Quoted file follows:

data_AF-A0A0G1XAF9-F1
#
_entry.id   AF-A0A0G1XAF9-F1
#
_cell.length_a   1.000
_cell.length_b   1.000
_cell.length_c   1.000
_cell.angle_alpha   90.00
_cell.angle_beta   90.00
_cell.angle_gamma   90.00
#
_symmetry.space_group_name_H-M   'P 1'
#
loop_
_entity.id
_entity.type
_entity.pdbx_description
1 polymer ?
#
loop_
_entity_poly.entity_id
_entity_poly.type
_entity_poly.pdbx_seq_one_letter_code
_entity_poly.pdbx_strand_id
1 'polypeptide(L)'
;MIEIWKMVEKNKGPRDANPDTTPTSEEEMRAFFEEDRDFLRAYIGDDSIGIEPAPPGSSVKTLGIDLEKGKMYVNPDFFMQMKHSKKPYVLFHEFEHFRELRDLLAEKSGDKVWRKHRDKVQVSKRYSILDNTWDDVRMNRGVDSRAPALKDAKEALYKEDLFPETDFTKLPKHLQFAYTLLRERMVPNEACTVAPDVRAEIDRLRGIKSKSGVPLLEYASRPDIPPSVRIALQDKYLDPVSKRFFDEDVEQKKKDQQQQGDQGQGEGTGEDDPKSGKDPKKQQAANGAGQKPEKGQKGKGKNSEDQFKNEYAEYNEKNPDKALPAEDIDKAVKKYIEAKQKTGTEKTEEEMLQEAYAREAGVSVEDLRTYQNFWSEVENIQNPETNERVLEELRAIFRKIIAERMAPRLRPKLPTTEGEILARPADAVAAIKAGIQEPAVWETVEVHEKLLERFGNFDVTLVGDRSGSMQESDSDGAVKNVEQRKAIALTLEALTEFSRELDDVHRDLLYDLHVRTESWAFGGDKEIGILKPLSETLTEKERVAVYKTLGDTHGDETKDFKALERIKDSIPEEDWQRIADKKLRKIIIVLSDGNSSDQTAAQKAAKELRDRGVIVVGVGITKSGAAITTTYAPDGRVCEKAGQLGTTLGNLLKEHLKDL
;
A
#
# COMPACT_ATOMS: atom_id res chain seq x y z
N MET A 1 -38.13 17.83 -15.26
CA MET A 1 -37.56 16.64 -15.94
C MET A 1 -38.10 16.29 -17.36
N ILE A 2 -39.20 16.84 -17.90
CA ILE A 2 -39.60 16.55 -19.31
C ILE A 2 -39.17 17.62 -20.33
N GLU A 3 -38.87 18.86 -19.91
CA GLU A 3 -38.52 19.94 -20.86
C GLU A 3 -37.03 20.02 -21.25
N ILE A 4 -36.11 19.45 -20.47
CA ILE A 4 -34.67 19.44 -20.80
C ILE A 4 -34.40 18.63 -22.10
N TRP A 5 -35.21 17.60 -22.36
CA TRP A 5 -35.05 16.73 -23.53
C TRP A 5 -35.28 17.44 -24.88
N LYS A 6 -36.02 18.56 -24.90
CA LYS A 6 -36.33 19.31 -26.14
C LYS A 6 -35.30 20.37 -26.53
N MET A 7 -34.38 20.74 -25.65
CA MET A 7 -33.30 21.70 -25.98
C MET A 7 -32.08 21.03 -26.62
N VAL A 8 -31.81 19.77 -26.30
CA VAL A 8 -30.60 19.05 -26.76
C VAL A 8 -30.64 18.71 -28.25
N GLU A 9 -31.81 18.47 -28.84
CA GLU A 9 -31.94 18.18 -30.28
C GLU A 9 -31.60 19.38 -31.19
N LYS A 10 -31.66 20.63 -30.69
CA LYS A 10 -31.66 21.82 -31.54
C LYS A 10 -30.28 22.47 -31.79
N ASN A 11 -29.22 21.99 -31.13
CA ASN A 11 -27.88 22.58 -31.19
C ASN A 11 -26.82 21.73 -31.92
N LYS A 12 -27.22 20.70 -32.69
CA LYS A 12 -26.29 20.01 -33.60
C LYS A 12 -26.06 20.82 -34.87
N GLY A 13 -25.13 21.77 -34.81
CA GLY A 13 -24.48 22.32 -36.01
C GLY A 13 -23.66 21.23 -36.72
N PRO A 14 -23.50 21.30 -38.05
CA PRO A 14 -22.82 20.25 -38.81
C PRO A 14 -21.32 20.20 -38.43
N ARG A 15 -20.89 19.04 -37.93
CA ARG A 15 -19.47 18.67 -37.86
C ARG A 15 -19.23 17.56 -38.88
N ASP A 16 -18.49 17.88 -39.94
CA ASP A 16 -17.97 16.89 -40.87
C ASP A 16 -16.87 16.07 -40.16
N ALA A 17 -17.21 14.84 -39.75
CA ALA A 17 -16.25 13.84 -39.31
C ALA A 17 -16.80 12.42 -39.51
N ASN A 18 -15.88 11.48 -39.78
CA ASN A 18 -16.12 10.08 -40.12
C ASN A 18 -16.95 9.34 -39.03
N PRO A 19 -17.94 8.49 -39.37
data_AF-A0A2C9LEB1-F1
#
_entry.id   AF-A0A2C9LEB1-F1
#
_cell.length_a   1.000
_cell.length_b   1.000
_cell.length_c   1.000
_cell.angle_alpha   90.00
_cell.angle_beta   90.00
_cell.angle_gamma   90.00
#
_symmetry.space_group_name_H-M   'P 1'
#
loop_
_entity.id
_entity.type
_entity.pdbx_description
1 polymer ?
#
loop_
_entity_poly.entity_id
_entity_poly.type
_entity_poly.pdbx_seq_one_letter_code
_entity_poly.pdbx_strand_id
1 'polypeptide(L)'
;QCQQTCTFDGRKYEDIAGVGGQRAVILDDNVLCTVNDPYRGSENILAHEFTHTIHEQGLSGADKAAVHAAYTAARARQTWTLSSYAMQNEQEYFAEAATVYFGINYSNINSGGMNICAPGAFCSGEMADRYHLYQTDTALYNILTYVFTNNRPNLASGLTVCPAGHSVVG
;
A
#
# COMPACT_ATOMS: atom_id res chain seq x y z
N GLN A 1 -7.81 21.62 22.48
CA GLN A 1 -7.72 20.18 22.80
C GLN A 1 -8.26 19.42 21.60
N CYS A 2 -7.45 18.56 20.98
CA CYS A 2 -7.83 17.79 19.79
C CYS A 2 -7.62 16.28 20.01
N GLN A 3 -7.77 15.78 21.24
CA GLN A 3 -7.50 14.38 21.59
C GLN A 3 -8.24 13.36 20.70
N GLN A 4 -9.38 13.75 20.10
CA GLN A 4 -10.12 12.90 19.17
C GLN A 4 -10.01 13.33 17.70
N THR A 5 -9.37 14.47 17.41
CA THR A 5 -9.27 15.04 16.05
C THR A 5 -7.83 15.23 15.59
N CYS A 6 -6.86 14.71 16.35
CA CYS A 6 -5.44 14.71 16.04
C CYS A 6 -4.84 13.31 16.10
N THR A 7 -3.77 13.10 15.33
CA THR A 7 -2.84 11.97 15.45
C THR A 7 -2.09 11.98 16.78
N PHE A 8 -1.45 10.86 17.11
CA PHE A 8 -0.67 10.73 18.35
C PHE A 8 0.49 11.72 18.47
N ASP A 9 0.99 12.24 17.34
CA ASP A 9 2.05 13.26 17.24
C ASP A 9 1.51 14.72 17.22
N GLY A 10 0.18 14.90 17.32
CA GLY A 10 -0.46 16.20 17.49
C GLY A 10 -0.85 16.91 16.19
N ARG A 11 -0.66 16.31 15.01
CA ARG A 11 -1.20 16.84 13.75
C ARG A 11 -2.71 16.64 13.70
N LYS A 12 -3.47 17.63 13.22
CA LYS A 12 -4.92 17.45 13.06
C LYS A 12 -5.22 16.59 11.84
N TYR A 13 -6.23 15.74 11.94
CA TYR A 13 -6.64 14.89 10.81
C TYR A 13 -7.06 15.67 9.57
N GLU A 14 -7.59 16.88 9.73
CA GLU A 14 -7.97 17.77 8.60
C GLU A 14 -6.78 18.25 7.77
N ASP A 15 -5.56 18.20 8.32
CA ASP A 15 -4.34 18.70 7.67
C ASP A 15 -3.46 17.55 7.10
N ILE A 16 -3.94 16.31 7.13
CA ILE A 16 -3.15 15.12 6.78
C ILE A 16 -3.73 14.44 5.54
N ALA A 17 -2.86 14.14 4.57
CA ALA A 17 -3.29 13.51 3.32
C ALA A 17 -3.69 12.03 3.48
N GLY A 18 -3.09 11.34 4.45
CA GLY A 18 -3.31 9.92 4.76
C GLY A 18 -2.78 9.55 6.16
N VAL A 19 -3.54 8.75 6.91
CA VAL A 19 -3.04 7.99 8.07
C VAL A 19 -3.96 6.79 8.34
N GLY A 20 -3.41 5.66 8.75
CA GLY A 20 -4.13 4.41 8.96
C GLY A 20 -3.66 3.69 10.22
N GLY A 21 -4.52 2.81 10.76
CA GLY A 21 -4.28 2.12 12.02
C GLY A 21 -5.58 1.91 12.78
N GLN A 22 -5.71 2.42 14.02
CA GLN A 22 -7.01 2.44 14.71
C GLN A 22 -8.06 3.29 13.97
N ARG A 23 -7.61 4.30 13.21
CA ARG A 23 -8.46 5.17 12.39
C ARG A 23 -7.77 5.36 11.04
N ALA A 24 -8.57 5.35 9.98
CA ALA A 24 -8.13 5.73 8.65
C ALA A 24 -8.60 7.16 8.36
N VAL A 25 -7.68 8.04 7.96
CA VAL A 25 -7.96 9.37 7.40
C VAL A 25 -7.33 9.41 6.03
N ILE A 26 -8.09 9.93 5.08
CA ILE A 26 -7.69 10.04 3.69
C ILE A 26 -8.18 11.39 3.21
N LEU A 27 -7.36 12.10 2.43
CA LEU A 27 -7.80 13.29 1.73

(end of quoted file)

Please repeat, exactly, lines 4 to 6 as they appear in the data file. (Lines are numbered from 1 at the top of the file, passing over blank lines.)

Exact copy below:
#
_cell.length_a   1.000
_cell.length_b   1.000